UC San Diego
Applications and method development in the simulation of ligands binding to drug targets
- Author(s): Sinko, William
- et al.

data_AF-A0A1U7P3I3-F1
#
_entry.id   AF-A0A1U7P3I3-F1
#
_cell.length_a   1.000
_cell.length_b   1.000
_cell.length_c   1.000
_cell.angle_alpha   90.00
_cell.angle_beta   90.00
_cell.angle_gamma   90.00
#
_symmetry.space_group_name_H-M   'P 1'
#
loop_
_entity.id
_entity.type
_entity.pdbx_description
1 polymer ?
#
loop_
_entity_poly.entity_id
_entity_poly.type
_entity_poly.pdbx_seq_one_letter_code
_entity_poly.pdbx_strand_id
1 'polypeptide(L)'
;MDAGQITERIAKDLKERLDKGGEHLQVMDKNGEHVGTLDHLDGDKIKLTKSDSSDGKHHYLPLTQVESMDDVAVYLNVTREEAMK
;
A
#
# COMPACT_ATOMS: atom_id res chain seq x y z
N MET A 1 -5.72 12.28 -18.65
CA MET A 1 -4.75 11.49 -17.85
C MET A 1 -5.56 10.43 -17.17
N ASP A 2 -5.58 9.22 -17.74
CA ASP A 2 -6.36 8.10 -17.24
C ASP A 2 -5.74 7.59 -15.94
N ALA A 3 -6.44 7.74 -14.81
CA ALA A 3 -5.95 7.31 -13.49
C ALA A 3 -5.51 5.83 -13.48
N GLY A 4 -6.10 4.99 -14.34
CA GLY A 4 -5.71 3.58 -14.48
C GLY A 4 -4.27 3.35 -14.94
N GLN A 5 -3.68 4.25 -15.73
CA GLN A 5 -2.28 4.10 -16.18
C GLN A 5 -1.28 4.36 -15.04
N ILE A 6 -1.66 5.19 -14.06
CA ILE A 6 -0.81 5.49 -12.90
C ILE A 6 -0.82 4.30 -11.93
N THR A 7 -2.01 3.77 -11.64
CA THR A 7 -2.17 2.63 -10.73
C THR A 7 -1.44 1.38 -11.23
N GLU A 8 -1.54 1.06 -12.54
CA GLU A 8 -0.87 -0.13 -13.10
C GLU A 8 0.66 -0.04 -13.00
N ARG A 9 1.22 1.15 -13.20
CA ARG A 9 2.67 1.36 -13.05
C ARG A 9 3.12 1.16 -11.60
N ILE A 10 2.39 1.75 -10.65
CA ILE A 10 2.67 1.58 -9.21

The role of computation in drug discovery has increased considerably in the past few decades. As of 2004 about 50 compounds discovered with computational approaches had entered human clinical trials and some are FDA approved(1). Computational methods can be employed to effectively guide medicinal chemists and discover and optimize active compounds(2). Here we have focused on two protein targets, which are medically important, to inhibit with novel compounds that we have discovered virtually. In chapter 2 we describe the discovery of the first inhibitors of the Akt phosphatase PHLPP, (PH domain Leucine-rich repeat Protein Phosphatase). This enzyme opposes the effects of two kinases, Akt and PKC, which play a major role in cell growth and survival making it an attractive drug target in the treatment of diabetes and heart disease(3, 4). We have used a combination of in silico and chemical screening tools to find new inhibitor compounds of PHLPP. In chapter 3 we describe drug discovery efforts towards inhibitors of the second target, which is undecaprenyl pyrophosphate synthase, (UPPS) an enzyme necessary for bacterial cell wall synthesis. This recently discovered enzyme is substantially different than the analogous human enzyme making it an attractive target for anti-bacterial drug discovery(5). However UPPS is highly flexible target showing great changes in the active site upon substrate, product, or inhibitor binding, thus making it challenging for structure based drug design. Therefore we have characterized these changes using molecular dynamics simulations, and extracted rare conformations important to drug design. In addition to applying existing methods to new drug targets we have worked on developing a new form of enhanced sampling MD described in chapter 4. This method relies on the same approach as Hamelberg et al. took in accelerated MD simulations but the mathematical equations modifying the potential energy surface increase the recovery of statistics from the simulation. This new boost equation has been applied to statistically rigorous free energy calculations that incorporate solvent, entropy, and dynamics, and are among the most computationally accurate yet costly calculations of ligand-protein binding free energy